Yet another way to make an easy and delicious sauce is to make a reduction. A reduction can be made from almost any liquid- broth or stock, wine, juice. You can't get any easier than a reduction either- simply add your liquid to a heavy saucepan or skillet and boil gently to evaporate the liquid until you have a thick, glossy and luxe reduced liquid. You can add herbs or seasonings and strain them out before using. Red wine and port wine make incredible reductions and are a beautiful sauce for a perfectly cooked steak. Reduced fruit juices are awesome as syrups and flavorings, as well as meat glazes. Like sauces, reductions can be perked up with minced garlic or shallots, a shake or two of spice and some citrus zest.

With those basic sauce skills under your belt, you can dress up the simplest dishes. Have fun and experiment!

Friday, November 28, 2014

Experimenting with fermentation and Asian flavors- Kimchi

It's time to make some kimchi. It really is. With all the culinary exploration we've been doing at The Little Lake House I have regrettably forgotten this Korean flavor powerhouse. Many times I've said "I need to grab some kimchi" or "I have all these jars, I should make some kimchi." Well now that time has come- I AM going to make some kimchi. 


I'm ashamed to admit it, but I have never tried Korean food. No reason why, just never have. One of my very best friends, Andi, is Korean and makes kimchi, so she is going to be my kimchi mentor. Andi and I have awesome food conversations. Her recipe for tomato jam changed my life. We can spend an entire day going back and forth with recipes, things we saw at the grocery store, food blogs we've read, and what we're having for lunch. So Andi will be offering her expertise as I start this project, and her thoughts on the finished product.

Cutting the scallions into little bitty matchsticks was a bit
time consuming but worth it for a beautiful batch of kimchi.
Asian foods rely heavily on vegetables- for flavor, for texture- and freshness is critical. As a fermented food, kimchi needs to be made from the absolute freshest ingredients you can get your hands on. Napa cabbage is one of my very favorite vegetables. I've made many delicious stir fried dishes and even egg rolls with it. I love spicy foods so this will be right up my alley with the Korean red pepper. Fresh ginger, garlic, scallions and carrots will also be in this party. Fairly simple ingredients and a short fermentation period will bring everything together, and I'll be enjoying fresh homemade kimchi before long!

You will need-
  • 1 head Napa cabbage       
  • 1 tablespoon sea salt
  • 4 tablespoons red pepper
  • 2 teaspoons honey
  • 2 teaspoons freshly grated ginger
  • 3-4 garlic cloves, minced
  • 1 bunch scallions, sliced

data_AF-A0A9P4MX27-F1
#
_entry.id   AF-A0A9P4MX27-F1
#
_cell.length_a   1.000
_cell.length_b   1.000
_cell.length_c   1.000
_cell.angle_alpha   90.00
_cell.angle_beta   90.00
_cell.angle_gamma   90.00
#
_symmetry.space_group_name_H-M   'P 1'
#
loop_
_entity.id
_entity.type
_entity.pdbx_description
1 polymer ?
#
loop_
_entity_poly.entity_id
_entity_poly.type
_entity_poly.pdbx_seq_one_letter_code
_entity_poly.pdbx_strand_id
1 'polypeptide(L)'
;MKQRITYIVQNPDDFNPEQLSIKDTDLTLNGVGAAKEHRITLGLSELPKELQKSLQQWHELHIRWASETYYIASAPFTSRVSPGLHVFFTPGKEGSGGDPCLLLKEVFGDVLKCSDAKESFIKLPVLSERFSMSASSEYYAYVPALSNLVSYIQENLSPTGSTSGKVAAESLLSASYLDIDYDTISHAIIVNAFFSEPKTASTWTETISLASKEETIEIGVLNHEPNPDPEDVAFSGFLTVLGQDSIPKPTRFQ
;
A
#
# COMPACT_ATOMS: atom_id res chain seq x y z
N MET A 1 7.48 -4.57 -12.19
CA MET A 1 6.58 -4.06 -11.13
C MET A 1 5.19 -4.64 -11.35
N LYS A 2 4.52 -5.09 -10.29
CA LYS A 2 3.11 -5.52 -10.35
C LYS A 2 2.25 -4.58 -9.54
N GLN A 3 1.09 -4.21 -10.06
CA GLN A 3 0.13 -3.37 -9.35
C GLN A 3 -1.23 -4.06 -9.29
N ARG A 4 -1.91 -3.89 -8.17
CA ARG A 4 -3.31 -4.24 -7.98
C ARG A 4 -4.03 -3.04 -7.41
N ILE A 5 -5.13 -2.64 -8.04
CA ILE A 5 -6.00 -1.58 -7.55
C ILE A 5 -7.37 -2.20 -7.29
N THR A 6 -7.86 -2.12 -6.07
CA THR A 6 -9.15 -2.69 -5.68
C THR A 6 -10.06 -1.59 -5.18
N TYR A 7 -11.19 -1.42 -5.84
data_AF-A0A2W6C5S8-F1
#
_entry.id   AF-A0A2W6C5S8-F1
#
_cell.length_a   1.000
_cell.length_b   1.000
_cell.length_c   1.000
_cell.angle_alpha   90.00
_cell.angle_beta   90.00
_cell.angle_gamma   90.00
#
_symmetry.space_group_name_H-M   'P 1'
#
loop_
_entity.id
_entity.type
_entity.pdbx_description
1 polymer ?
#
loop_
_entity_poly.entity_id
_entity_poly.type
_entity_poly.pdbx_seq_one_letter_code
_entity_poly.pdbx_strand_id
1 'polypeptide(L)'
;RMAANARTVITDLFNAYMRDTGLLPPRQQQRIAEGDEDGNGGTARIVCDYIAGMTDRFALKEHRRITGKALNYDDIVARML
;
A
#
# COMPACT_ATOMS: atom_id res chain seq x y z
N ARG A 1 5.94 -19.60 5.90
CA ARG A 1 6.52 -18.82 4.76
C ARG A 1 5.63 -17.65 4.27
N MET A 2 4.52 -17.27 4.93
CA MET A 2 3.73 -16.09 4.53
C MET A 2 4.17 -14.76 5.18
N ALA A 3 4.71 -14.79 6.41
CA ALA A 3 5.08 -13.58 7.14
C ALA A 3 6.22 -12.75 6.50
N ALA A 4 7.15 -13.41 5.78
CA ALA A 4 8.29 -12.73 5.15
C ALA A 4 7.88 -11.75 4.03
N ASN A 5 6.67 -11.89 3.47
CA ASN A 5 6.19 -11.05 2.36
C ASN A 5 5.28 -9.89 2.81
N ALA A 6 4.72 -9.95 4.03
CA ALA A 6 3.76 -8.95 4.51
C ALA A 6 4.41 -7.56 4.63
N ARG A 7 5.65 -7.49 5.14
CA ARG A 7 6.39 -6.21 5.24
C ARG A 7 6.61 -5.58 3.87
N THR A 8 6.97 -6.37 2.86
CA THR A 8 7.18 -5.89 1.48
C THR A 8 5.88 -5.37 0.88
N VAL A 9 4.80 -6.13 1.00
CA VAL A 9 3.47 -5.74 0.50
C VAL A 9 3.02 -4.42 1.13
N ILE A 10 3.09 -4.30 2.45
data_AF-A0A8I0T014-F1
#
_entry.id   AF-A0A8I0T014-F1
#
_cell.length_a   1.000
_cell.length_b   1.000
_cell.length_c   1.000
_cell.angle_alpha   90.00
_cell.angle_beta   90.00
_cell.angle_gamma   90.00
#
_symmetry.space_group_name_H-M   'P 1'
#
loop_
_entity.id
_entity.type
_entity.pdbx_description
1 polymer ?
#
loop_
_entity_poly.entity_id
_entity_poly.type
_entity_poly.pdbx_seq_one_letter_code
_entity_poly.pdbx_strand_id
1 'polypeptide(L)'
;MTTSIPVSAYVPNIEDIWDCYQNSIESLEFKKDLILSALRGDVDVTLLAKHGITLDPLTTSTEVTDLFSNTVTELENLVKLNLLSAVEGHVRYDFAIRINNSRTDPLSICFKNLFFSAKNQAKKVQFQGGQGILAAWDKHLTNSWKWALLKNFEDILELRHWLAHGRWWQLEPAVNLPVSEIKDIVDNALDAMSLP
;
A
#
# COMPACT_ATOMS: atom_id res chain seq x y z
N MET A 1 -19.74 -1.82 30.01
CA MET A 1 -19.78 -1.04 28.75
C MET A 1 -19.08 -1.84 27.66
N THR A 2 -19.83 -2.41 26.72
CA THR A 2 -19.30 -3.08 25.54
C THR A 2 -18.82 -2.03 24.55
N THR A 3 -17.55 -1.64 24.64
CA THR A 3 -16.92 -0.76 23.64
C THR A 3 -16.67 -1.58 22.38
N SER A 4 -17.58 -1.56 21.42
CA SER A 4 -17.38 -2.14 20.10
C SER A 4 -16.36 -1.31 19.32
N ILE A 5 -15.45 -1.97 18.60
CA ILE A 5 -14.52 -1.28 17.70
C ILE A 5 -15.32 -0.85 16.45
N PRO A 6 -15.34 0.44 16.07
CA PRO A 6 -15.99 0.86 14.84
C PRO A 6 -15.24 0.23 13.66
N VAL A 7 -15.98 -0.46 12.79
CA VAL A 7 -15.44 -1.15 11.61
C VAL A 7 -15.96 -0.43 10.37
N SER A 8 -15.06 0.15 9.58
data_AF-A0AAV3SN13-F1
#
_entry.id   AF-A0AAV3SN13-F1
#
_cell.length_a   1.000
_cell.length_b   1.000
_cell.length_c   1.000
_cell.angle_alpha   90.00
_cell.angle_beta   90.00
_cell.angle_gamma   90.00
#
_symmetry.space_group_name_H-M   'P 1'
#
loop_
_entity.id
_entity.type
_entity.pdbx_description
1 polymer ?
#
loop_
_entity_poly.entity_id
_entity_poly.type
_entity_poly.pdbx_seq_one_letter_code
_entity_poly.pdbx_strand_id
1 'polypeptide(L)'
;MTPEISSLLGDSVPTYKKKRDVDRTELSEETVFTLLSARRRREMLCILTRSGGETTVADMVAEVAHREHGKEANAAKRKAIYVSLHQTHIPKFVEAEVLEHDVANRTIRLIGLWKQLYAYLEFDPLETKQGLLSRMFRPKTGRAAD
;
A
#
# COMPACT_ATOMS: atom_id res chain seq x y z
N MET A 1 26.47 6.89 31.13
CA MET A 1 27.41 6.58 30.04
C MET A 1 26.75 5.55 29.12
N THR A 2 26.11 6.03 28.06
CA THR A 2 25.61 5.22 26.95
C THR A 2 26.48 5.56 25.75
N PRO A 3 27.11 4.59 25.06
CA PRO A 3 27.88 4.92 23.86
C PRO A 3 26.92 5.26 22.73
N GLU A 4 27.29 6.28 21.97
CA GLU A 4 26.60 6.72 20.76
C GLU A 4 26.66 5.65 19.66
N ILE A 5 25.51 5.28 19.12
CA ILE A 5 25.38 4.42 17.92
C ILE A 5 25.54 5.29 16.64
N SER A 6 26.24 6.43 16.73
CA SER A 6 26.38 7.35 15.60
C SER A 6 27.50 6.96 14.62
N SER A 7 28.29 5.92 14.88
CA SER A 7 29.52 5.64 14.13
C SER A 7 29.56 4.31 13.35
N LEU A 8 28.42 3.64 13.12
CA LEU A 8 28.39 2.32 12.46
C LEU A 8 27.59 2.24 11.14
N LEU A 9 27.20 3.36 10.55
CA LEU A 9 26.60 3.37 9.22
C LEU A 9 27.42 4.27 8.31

• 2 carrots, peeled and shredded
Remove the ugly outer leaved of the cabbages. Cut them in half lengthwise, slice into 2 inch slices. Using a large bowl or stockpot, layer the cabbage with the sea salt. Cover with a towel and let rest for about an hour, mixing up the cabbage every once in a while, using your hands to squeeze the cabbage a bit, to release the liquid.


Combine all the ingredients and mix well. Pack the kimchi into a large jar or crock (those half gallon canning jars are great for this, but one large crock or bucket will do in a pinch). There should be enough liquid to completely cover the vegetables.


Place the lids loosely on the jars (or cover crock with a towel if you don't have a lid) and set the jars on a baking sheet in case of overflows. Allow the kimchi to ferment for 5 days, mixing and packing the cabbage down several times, then store in refrigerator. If you used a crock, pack the kimchi in quart jars.


This smells soooo amazing right now.
*NOTE- If you find that the cabbage hasn't quite given off enough liquid to adequately cover the vegetables, and you MUST keep them submerged in brine during the entire fermentation process, you can make some additional brine to top it off. Combine 2 cups water with 2 tablespoons sea salt and stir to dissolve the salt completely. 


Three pints of spicy, crunchy kimchi
Now that I've got some kimchi going, I can plan some recipes and dishes to use it in. For sure I will be making mandu, a Korean dumpling, and lots of other delicious things. I'll be looking to Andi and anyone else who loves Korean food, for some great ideas.

Sunday, November 23, 2014

Lake House Big Bad Fried Chicken Salad

Do you ever feel like you just cannot get enough vegetables into your diet? I know I do, and many times I will turn to a big entree salad to add some fiber and wholesome goodies to my diet. Make no mistake, I don't always keep it uber-healthy, like tonight- we're making a big bad salad with some really naughty add-ins, but that's not always the case. Remember, this is a whole meal salad, so we need some substance.

I get my salad mix from a nearby aquaponics farm not from the supermarket. You just cannot compare this to grocery store salad mix- not at all. Beautiful leaf lettuces, malabar spinach, rainbow chard, kale, nasturtium leaves and fresh basil bring so much flavor to the bowl. I sometimes add a little Romaine lettuce for some juicy crunch, and Romaine is nutritionally superior to iceberg lettuce.